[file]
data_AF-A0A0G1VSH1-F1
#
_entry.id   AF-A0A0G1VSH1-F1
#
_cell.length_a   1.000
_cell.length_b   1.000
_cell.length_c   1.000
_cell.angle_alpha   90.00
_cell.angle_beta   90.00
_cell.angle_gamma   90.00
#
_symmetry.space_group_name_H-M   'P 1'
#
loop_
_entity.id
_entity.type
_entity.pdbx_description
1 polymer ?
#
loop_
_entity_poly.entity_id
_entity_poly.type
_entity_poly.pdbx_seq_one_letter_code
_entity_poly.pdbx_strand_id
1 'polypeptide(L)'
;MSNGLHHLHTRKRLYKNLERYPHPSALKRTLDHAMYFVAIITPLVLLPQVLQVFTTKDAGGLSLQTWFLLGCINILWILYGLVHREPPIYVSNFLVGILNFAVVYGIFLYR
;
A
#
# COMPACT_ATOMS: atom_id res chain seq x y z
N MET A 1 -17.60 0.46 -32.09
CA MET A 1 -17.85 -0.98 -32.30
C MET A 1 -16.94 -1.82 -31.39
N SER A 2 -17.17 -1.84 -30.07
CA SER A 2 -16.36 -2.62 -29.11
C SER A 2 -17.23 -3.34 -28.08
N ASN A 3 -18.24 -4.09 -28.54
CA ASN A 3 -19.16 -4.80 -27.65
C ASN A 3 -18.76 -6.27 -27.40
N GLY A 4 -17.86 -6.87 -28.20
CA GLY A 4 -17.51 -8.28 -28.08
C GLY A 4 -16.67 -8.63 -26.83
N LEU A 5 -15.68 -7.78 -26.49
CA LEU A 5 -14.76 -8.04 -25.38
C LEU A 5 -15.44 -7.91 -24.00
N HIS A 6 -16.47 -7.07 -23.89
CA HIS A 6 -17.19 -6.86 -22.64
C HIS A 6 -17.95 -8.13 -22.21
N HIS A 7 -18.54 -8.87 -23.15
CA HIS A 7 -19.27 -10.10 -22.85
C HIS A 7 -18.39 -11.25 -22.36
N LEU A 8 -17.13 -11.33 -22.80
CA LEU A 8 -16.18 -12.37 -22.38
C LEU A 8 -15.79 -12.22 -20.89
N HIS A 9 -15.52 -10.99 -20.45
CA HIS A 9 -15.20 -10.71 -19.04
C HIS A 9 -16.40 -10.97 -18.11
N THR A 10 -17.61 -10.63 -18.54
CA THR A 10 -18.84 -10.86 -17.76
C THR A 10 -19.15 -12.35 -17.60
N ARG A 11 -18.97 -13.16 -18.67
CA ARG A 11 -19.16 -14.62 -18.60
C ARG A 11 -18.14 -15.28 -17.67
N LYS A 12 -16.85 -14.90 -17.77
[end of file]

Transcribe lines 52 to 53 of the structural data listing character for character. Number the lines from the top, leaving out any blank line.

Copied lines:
N LEU A 8 -17.13 -11.33 -22.80
CA LEU A 8 -16.18 -12.37 -22.38